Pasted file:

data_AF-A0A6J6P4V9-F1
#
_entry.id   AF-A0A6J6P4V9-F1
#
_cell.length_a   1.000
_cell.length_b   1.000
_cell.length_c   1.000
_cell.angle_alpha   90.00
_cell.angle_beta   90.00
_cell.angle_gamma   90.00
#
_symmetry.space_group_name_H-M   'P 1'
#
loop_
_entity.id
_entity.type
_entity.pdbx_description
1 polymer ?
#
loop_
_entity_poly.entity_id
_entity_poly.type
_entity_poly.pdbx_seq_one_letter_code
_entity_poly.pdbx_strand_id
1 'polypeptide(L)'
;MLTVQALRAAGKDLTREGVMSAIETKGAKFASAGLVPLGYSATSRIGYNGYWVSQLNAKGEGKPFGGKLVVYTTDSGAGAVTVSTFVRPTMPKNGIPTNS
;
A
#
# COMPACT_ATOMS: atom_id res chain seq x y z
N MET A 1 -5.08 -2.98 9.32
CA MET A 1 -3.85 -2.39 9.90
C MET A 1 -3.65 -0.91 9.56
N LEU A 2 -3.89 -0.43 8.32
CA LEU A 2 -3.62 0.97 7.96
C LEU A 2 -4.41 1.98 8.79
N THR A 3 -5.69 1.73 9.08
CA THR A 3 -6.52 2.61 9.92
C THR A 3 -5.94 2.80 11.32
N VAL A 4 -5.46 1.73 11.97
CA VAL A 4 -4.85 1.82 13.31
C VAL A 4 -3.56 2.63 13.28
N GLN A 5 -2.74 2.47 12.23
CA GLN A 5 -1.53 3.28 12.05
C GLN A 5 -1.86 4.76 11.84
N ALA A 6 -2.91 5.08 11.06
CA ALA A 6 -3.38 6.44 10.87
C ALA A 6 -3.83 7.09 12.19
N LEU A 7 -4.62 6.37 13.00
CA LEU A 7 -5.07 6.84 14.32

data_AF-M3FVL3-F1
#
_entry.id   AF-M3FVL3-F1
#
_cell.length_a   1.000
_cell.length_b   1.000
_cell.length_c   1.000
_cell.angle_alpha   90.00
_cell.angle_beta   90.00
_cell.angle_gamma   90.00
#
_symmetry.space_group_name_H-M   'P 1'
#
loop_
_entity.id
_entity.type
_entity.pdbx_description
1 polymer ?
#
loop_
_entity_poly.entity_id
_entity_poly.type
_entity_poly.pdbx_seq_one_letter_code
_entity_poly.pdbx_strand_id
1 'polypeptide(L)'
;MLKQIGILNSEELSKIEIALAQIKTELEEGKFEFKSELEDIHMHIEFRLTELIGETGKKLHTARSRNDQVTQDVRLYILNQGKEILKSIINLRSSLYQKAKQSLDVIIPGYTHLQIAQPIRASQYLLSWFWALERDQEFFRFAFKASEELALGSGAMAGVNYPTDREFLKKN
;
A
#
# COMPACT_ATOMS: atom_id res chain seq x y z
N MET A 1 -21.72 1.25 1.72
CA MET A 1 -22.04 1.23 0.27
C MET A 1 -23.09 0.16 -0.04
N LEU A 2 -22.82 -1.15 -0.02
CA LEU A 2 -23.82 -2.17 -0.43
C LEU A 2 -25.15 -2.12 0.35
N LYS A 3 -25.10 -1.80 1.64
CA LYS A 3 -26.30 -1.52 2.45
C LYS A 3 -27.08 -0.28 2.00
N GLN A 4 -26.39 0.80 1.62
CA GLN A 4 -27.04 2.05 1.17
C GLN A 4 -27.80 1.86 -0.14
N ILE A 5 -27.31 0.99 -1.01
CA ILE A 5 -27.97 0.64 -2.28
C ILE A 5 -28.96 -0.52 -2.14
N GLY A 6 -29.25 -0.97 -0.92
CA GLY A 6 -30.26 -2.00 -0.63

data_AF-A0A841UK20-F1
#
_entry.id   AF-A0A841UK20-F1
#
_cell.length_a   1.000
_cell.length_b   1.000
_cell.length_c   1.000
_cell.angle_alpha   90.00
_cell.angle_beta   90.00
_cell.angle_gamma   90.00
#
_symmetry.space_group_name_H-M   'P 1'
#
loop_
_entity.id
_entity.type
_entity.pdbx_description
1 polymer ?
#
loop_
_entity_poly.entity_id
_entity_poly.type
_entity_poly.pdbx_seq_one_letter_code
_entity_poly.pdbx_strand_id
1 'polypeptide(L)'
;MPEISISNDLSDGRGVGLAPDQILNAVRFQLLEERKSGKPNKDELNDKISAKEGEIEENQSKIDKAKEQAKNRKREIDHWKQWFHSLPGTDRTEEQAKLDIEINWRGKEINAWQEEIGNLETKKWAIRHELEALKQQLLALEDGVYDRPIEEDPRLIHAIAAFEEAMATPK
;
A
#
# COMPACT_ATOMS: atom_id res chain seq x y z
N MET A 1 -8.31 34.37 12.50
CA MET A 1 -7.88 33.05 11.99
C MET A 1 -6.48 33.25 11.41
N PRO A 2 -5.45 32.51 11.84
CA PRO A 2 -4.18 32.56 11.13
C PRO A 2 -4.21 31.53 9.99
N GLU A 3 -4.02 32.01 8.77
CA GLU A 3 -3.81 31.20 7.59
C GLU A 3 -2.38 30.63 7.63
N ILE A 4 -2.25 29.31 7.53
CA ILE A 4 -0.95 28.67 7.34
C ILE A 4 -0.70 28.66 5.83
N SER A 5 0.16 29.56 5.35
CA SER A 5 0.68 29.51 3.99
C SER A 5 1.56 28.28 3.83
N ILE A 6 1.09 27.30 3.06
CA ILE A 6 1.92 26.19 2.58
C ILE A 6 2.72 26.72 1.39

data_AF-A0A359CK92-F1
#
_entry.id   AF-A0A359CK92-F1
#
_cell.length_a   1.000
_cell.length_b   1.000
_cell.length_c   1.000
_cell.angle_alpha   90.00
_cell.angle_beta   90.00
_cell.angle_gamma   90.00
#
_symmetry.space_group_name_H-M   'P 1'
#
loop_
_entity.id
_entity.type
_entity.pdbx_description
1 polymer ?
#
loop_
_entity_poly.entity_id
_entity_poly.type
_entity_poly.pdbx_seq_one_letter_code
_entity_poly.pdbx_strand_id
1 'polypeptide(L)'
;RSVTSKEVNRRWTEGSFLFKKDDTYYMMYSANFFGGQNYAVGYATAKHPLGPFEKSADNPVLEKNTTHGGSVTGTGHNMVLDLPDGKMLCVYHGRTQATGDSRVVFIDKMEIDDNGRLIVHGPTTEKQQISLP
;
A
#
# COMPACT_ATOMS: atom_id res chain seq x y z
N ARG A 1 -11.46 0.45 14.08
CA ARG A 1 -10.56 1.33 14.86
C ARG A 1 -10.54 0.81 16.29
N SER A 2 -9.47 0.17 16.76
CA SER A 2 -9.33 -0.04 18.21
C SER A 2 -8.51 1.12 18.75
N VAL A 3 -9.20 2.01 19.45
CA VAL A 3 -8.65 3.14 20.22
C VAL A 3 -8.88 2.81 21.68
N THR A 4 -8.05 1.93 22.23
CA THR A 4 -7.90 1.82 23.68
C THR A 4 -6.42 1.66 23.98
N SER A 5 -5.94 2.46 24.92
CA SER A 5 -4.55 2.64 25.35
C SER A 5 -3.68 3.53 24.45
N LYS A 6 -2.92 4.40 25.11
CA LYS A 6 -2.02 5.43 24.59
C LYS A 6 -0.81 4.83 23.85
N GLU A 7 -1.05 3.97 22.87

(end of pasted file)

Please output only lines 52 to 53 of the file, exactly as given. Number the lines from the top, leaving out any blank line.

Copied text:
#
_entry.id   AF-M3FVL3-F1